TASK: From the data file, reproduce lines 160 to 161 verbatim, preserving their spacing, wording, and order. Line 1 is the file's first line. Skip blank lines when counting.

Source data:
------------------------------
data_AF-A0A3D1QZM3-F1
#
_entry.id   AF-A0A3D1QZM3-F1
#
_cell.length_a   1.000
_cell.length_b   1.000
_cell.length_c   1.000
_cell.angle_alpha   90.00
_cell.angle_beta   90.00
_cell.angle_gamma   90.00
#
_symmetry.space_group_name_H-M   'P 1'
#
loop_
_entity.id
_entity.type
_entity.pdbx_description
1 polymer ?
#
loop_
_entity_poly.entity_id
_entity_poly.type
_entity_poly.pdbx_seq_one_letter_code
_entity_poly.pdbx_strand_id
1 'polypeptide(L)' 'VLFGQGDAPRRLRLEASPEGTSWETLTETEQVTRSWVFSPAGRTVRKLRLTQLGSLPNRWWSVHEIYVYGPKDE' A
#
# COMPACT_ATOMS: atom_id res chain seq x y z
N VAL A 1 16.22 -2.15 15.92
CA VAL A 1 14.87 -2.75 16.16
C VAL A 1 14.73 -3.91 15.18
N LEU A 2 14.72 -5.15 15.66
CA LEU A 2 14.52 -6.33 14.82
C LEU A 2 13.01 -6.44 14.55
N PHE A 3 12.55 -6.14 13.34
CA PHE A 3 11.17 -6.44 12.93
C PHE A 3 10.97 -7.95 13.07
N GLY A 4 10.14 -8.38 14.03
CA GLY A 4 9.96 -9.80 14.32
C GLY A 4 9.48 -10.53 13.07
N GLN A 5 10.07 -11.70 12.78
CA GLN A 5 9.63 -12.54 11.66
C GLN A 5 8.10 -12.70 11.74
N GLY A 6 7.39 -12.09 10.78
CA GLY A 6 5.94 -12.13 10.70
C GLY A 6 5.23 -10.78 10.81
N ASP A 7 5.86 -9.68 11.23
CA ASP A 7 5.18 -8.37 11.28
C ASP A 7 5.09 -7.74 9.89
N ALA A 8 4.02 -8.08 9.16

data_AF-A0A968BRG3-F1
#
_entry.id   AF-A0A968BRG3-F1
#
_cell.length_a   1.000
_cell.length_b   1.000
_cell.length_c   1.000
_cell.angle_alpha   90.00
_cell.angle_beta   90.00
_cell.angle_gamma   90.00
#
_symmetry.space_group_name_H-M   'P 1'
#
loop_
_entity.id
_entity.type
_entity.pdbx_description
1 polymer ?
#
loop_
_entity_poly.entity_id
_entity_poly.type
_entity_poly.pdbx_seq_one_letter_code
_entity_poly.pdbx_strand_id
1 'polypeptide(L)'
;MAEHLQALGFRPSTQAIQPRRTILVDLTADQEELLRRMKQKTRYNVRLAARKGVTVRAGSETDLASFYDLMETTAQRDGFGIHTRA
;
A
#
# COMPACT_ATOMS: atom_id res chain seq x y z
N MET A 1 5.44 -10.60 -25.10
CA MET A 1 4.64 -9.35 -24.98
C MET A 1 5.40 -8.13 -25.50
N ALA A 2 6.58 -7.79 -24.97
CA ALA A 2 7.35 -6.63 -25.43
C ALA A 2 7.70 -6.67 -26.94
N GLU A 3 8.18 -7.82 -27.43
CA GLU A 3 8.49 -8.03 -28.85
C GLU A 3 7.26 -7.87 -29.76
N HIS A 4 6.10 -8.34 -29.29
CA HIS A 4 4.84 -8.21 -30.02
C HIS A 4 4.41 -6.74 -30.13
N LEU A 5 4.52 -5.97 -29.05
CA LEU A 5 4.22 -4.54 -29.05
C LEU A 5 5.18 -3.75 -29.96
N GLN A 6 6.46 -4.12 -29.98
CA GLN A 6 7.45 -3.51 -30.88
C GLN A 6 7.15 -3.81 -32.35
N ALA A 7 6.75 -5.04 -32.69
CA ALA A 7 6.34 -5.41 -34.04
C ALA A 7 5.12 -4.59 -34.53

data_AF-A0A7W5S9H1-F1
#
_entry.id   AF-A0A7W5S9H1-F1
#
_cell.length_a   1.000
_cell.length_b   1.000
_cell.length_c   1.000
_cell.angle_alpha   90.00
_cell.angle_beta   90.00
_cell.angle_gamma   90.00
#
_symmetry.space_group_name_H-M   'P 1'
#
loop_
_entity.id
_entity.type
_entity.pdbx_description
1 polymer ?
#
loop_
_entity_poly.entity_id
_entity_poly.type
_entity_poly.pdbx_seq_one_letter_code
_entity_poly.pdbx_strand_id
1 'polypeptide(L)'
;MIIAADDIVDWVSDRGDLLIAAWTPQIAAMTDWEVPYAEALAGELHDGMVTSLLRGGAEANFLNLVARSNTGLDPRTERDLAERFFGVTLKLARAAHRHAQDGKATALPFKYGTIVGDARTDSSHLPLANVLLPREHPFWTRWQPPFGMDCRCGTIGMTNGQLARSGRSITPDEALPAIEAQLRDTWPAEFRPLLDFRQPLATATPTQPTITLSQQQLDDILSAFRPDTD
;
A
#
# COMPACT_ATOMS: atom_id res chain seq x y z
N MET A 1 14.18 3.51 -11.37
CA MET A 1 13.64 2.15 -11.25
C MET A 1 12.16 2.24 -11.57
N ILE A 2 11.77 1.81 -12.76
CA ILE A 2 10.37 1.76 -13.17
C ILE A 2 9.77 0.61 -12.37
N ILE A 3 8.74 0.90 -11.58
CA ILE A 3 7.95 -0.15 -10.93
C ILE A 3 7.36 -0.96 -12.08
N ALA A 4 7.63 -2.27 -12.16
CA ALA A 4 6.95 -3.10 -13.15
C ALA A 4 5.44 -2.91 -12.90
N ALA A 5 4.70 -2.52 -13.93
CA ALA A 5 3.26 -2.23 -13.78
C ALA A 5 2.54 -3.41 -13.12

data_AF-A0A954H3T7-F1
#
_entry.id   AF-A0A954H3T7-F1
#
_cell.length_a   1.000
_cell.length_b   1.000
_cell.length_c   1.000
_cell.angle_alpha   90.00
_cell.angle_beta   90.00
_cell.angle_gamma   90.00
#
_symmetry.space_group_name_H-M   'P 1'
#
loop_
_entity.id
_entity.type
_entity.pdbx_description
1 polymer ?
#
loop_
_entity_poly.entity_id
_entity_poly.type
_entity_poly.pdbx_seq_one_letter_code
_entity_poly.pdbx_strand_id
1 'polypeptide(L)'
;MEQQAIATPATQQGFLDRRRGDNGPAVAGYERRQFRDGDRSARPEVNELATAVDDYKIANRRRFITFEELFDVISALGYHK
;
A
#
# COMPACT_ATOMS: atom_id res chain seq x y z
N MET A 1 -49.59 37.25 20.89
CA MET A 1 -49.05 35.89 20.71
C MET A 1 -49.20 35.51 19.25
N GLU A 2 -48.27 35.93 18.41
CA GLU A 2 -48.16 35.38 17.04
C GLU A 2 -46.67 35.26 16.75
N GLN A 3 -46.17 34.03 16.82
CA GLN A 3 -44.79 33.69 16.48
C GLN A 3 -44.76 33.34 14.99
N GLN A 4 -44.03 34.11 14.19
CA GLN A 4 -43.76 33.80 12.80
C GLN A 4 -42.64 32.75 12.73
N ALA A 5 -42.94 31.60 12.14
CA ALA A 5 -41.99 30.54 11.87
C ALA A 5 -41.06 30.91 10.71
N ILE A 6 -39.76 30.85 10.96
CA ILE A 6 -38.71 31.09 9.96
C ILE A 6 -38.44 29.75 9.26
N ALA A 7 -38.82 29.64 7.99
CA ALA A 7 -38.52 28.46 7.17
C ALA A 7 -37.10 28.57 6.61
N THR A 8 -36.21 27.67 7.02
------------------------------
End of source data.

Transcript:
_entity.id
_entity.type